Now, we're ready to measure. First, determine the height of each point. Measure from the floor to the center of rotation for each point. Remember to subtract the distance you blocked the chassis up from ride height from this measurement. We want a number which represents the height of each point as if the car were at ride height with all of the race weight on it.
Getting the true height of the upper chassis mounts and ball joints is going to be difficult. You won't be able to measure at right angles to the floor directly to these points. There are suspension components in the way. So, we need to be innovative. Again, do not eyeball the measurements to these points. Use a small level to extend the height of the center of rotation out and beyond the suspension components so an accurate measurement can be taken. You need a helper to get this done right.
To measure the lower control-arm chassis points, use the front chassis mounting points on the chassis. Whether you have a strut-type system or an OEM-type lower control arm, you need to use the front chassis mounting point for a two-dimensional roll center analysis.
Now that you have recorded the heights of each point, measure the width each point lies from the centerline of the car. Use a plumb bob to project the lateral center of rotation down to the floor. Place a piece of masking tape on the floor to mark on. Put a crows foot mark on the tape and circle it so that it is easy to find. Measure from each point to the chalk line which marks the centerline of the race car. For this measurement, make sure the tape measure is at the right angles to the chalk line. We want the shortest distance.
D. This Windows-based software is easy to use as it shows a picture of the cross section of the chassis. Each height and width location is entered next to the picture point on the chassis diagram.
The software also allows you to quickly calculate the location of the roll centers and make changes to that location easily. The display shows the existing control-arm angles, both upper and lower, as well as the lengths of the upper control arms.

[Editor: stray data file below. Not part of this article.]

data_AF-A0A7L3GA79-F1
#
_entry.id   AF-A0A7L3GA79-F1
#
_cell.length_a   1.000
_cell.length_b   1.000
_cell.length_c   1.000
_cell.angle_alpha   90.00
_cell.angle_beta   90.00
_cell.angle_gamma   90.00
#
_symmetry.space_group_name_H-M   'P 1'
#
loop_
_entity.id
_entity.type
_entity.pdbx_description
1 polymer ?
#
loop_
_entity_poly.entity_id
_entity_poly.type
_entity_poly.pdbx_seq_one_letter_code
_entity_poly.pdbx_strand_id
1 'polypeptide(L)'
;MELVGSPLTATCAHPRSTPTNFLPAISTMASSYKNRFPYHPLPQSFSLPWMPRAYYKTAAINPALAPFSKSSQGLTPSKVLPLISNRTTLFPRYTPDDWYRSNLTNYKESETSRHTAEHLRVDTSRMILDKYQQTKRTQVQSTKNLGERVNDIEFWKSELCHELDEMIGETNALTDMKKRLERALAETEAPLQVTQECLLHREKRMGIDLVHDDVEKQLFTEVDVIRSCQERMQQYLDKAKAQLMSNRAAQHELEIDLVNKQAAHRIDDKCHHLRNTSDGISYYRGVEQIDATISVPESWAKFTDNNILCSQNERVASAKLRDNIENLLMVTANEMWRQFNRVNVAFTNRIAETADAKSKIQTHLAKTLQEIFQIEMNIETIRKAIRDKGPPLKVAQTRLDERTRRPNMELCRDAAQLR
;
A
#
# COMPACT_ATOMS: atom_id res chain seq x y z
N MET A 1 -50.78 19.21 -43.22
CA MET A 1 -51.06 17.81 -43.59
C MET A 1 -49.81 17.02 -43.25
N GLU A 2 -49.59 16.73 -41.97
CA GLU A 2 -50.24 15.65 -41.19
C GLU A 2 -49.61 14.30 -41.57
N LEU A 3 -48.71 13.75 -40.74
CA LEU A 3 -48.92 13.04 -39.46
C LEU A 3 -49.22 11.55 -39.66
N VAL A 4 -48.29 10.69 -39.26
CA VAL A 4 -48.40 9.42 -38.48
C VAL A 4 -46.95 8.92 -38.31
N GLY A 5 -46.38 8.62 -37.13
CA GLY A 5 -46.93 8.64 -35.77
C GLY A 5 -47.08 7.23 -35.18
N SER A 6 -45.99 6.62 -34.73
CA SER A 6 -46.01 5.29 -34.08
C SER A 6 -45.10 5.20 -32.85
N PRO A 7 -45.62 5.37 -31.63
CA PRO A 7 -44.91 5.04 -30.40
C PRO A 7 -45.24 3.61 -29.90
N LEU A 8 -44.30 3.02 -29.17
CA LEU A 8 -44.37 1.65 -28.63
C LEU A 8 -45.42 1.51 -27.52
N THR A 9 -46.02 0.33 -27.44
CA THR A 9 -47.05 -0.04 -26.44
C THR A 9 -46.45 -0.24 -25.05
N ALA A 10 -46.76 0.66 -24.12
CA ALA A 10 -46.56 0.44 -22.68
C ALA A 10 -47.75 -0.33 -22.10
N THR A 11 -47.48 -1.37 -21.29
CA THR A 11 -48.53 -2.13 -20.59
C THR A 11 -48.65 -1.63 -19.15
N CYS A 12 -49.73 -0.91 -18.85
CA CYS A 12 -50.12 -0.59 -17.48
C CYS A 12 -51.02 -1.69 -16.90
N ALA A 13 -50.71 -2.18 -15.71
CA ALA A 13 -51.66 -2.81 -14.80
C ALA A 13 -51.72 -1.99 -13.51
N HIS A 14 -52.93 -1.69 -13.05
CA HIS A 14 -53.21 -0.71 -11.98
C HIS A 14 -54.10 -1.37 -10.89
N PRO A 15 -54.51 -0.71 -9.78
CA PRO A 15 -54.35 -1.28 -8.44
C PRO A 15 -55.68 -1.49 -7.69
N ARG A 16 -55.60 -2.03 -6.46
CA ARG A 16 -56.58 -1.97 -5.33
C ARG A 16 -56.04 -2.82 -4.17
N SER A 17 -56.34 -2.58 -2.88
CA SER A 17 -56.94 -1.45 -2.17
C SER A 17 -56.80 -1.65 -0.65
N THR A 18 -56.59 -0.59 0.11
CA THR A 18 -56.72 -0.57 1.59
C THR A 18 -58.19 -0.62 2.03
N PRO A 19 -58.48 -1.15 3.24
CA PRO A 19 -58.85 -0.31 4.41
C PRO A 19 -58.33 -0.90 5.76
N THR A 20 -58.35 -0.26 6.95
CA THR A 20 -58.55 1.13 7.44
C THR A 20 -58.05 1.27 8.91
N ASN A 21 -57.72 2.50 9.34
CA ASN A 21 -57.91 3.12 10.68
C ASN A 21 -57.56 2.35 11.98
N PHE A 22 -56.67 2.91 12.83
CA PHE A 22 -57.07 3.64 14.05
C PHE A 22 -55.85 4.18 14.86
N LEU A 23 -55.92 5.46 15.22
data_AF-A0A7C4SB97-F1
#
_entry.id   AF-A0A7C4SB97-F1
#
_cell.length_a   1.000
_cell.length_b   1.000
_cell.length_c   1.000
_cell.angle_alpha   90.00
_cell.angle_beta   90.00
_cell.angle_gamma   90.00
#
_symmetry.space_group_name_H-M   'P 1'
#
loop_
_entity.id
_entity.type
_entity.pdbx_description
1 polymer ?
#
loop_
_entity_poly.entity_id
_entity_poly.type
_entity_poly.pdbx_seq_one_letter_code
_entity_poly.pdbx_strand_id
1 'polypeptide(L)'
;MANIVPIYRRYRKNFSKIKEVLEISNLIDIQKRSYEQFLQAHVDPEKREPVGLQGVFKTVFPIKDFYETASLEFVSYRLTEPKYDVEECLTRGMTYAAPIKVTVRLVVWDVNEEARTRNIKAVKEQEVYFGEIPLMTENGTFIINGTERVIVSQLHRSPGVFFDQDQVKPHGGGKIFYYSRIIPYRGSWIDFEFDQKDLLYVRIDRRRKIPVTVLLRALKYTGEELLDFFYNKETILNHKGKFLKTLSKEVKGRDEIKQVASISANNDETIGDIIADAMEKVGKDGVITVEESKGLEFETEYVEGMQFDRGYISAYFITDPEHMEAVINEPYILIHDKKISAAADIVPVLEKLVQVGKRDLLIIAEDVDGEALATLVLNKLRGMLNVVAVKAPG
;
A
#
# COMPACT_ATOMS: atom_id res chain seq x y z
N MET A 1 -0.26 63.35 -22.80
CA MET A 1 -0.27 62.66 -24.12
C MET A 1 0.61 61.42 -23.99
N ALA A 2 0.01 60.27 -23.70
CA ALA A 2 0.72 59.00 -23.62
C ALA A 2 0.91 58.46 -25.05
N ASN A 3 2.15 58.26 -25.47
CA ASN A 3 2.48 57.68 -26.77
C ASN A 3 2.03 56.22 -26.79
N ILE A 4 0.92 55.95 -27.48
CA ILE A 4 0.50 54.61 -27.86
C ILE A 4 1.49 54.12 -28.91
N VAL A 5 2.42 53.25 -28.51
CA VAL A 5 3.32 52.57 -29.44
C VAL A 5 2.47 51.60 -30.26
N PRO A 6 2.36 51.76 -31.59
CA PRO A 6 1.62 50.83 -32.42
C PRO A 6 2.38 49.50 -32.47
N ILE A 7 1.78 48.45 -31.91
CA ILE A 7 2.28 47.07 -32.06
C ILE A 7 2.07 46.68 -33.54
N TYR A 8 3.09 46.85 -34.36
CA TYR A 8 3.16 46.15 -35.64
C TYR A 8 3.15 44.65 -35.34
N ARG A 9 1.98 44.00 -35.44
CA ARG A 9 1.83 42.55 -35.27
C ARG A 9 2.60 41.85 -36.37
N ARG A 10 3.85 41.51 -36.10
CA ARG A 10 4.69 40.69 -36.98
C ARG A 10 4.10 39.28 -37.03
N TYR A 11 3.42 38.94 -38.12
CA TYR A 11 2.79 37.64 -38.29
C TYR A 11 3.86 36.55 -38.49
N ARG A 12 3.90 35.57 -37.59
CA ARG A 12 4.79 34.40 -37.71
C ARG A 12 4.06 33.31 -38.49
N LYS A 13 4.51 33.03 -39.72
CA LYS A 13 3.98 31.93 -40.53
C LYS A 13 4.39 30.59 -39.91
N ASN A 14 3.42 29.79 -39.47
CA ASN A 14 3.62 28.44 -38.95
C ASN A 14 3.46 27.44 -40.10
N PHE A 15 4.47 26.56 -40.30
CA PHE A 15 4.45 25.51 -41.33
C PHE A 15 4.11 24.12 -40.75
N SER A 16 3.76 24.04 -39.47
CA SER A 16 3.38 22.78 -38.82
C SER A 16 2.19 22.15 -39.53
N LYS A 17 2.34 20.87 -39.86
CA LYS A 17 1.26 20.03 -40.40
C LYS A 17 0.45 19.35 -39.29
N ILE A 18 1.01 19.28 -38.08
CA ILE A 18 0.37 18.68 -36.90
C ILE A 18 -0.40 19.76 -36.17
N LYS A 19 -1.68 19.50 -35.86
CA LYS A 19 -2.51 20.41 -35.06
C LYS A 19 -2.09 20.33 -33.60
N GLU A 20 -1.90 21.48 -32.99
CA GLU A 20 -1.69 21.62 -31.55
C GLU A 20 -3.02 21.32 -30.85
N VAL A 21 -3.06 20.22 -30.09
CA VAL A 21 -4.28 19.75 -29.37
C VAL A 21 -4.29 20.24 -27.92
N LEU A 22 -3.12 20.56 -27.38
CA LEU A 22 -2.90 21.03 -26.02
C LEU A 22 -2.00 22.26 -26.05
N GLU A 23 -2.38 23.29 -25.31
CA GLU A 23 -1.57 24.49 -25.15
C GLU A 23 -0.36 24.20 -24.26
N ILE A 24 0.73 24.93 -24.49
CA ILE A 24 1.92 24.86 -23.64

To make the changes to the roll center locations, simply type in the new control-arm angles or upper control-arm lengths and recompute the roll center locations. The program automatically calculates the new chassis mounting-point locations and tells you how far each one has moved from the original mounting points in the computer, should you decide to change them.
It's important to look at the control-arm angles which will determine the roll center location height and width (both static and dynamic). To reposition the roll centers, we must change these control-arm angles. For example, if we increase the right upper control-arm angle and/or decrease the left upper control-arm angle, we will move the roll center to the right from its original position. If we increase both the upper control-arm angles, we increase the roll center height.
The program calculates the tire camber angles after the chassis dives and rolls, and the kingpin angles of our spindles. Making changes to the upper control-arm lengths affects the amount of tire camber change when the chassis dives and rolls.
Additional pages in this software program contain provisions for calculating center of gravity, height, and wheel weights, when the user knows the percents he or she wants and the total vehicle weight.
Remember, the roll center width affects how the dynamic forces affect the front of the chassis and the height affects the amount of camber change that occurs during dive and roll. When you know where your roll center is located, you can better control how your race car will perform.
Determining the roll center on your race car is critical to tuning the suspension for maximum performance.
Measure across the tire contact patches and divide by two to determine the centerline of the chassis, and mark this line on the floor.
Removing the shock absorbers and installing solid rods cut to the ride-height length of the shocks allows you to measure the suspension for roll center at any time.